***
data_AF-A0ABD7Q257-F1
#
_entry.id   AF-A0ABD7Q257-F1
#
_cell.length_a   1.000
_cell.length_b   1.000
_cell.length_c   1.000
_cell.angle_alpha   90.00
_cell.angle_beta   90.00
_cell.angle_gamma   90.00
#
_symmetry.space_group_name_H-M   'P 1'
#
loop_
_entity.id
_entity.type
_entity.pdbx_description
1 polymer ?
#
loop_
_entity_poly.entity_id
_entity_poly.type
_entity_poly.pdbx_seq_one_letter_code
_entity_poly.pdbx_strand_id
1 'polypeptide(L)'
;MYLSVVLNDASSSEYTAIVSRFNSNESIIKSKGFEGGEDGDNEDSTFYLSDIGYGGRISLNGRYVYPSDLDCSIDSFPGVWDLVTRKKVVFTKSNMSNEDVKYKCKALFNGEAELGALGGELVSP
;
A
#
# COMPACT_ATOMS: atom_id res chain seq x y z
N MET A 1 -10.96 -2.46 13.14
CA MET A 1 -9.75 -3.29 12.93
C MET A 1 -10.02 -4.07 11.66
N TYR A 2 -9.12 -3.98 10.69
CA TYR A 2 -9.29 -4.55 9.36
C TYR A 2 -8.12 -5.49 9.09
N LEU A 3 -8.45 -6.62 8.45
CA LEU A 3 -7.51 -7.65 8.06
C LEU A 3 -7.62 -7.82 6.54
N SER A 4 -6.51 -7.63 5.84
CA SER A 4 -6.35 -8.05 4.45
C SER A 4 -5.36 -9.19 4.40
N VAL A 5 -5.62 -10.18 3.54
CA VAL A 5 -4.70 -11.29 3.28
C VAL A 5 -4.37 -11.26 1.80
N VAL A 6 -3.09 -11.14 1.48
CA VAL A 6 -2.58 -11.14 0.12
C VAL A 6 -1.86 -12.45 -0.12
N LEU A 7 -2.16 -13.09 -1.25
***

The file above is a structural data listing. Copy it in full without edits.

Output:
data_AF-A0ABD7Q257-F1
#
_entry.id   AF-A0ABD7Q257-F1
#
_cell.length_a   1.000
_cell.length_b   1.000
_cell.length_c   1.000
_cell.angle_alpha   90.00
_cell.angle_beta   90.00
_cell.angle_gamma   90.00
#
_symmetry.space_group_name_H-M   'P 1'
#
loop_
_entity.id
_entity.type
_entity.pdbx_description
1 polymer ?
#
loop_
_entity_poly.entity_id
_entity_poly.type
_entity_poly.pdbx_seq_one_letter_code
_entity_poly.pdbx_strand_id
1 'polypeptide(L)'
;MYLSVVLNDASSSEYTAIVSRFNSNESIIKSKGFEGGEDGDNEDSTFYLSDIGYGGRISLNGRYVYPSDLDCSIDSFPGVWDLVTRKKVVFTKSNMSNEDVKYKCKALFNGEAELGALGGELVSP
;
A
#
# COMPACT_ATOMS: atom_id res chain seq x y z
N MET A 1 -10.96 -2.46 13.14
CA MET A 1 -9.75 -3.29 12.93
C MET A 1 -10.02 -4.07 11.66
N TYR A 2 -9.12 -3.98 10.69
CA TYR A 2 -9.29 -4.55 9.36
C TYR A 2 -8.12 -5.49 9.09
N LEU A 3 -8.45 -6.62 8.45
CA LEU A 3 -7.51 -7.65 8.06
C LEU A 3 -7.62 -7.82 6.54
N SER A 4 -6.51 -7.63 5.84
CA SER A 4 -6.35 -8.05 4.45
C SER A 4 -5.36 -9.19 4.40
N VAL A 5 -5.62 -10.18 3.54
CA VAL A 5 -4.70 -11.29 3.28
C VAL A 5 -4.37 -11.26 1.80
N VAL A 6 -3.09 -11.14 1.48
CA VAL A 6 -2.58 -11.14 0.12
C VAL A 6 -1.86 -12.45 -0.12
N LEU A 7 -2.16 -13.09 -1.25